WAGNER - Wagner High School Senior Joi Zephier was named South Dakota's 2019 Youth of the Year, the highest honor presented by Boys and Girls Clubs of America.
Zephier, who is from Pickstown, was one of five finalists who were selected based on their community involvement, academic record and involvement in their local club. She has been a member and volunteered hundreds of hours for the Boys and Girls Clubs of the Missouri River Area in Wagner since 2011.
"I first got involved because my mom was working at the school and she stayed until like 4:30 so we needed a place to go after school and wait for her because we lived all the way out in Avon and didn't have a way home," Zephier said. "We would all wait at the club and I really liked it and it became a hangout spot for me and my friends."
As a junior, Zephier began working for Wagner's Boys and Girls Club at the front desk. She is also a member of National Honor Society and Jobs for America's Graduates (JAG), and is a two-time national competitor for the JAG Math Program in Washington, D.C. She recently became involved with Strengthening Our Community (SOCs), a prevention program focused on helping people who are suffering with mental illness.
Zephier said she was encouraged by her teachers and mentors to apply for the Youth of the Year award and decided to do it. She spent many days working on three essays and the paperwork, memorizing one of the essays to give as a speech.
In February, the finalists spent two days in Pierre being interviewed by judges and meeting the governor and legislators.
"Everyone's speech was different. They would talk about their club experience and their lives. I talked about myself, but I also talked about my club experience, my successes and my future," Zephier said. "Mine was way shorter than everyone else's. I didn't think I was going to get it because everyone else's was kind of the same and mine was different, so I was really nervous."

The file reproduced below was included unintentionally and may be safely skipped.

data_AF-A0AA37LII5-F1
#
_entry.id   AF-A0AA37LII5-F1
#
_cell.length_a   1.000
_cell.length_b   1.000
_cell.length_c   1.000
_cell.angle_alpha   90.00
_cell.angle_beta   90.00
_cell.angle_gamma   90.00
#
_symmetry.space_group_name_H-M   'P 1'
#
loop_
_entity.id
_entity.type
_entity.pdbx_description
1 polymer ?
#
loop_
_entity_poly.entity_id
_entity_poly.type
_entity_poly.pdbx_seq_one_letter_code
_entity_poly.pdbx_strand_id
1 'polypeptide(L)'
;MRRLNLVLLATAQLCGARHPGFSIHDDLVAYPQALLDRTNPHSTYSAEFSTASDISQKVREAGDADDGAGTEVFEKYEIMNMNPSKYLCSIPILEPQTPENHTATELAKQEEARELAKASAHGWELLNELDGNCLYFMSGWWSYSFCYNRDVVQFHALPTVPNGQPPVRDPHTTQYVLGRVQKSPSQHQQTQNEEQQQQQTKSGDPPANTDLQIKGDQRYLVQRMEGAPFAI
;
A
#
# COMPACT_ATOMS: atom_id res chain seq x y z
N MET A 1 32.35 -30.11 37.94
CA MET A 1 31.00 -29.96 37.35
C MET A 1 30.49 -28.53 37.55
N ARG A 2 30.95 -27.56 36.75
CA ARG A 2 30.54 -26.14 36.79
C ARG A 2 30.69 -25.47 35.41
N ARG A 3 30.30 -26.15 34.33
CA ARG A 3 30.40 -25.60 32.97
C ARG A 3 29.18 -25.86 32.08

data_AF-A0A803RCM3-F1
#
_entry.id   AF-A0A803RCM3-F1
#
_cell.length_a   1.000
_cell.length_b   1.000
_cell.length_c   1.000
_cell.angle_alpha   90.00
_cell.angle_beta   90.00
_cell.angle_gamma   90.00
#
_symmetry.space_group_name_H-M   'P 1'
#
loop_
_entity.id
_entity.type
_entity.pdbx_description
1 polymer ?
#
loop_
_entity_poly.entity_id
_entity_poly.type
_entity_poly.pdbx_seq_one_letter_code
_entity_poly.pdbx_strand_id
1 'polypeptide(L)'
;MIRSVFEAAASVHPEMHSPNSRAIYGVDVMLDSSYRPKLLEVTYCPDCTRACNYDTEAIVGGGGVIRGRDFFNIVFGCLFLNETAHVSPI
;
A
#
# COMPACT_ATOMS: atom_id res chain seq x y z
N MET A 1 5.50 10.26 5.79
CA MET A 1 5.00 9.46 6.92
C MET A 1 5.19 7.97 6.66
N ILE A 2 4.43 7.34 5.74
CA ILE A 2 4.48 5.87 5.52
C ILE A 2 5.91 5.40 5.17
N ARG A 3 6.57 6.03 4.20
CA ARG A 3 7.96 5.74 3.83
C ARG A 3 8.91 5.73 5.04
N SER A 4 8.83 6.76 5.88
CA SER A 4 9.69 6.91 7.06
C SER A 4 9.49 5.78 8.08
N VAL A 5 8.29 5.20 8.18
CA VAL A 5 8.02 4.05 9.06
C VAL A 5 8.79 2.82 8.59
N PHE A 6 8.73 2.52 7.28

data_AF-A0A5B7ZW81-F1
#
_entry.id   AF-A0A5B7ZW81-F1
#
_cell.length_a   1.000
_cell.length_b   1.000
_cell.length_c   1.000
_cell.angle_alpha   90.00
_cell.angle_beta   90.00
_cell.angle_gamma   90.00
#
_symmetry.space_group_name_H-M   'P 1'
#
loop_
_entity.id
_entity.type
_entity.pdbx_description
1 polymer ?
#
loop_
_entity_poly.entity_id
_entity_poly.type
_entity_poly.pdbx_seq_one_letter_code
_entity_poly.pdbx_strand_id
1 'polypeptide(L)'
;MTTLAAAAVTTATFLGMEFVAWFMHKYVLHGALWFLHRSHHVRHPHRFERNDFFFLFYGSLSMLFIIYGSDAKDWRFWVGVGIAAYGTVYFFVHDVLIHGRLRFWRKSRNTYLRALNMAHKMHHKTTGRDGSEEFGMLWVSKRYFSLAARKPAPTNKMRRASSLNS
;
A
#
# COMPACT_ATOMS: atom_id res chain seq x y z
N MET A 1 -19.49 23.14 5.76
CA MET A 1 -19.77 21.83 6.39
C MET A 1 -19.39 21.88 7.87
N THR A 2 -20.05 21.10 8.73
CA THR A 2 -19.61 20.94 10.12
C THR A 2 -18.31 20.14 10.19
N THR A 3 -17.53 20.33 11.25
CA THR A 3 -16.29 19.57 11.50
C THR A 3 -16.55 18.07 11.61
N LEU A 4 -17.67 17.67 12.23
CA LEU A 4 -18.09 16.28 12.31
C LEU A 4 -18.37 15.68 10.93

When Zephier was younger, she attended the Smart Girls program through the Boys and Girls Club, led by Amy Doom. The program taught girls how to form healthy relationships and help themselves spiritually, mentally and physically to be a better woman in the world. Zephier said along with her mother and grandmother, Doom taught her a lot about being a woman and a good person.
"It's one thing to know about your body, mind and spirit and know how they work, but it's not until you have a relationship with another female mentor that those things can really come to life," Doom said. "You're not an observer. You're a participant. And once you get those qualities from someone else, you're able to give them away. And Joi was able to find that at the Boys and Girls Club and I know that she is going to emerge and thrive and all of her siblings will follow her."
Zephier plans to attend Southeast Technical College in Sioux Falls and study licensed practical nursing. She received the Build Dakota Scholarship, which has paid for her entire tuition for the two-year program.
Before going to college, Zephier will compete at the Midwest Regional competition in Atlanta on June 11 and Chicago on June 17. The selected Regional Youth of the Year will compete in Washington, D.C. in September for the National Youth of the Year.
"I'm pretty excited about moving forward to Regional Youth of the Year," Zephier said. "It will be interesting to see how other people run their clubs, because I think that our club is very different than others around South Dakota. We have a lot of art on the walls, and it's so loud inside that you can hear pool balls cracking and kids yelling from outside the doors. I've never been in another club that is like that."
When Zephier was at the competition in Pierre, she said she overheard her sister telling someone how much she looked up to her.
"It almost made me cry because I didn't think I was a role model or that kids actually looked up to me. I just work at the club and do the front desk and sit there and answer phone calls. I didn't think it was noticeable what I do. It's so crazy and I feel so honored to know that these kids actually want me around and care for me and look up to me."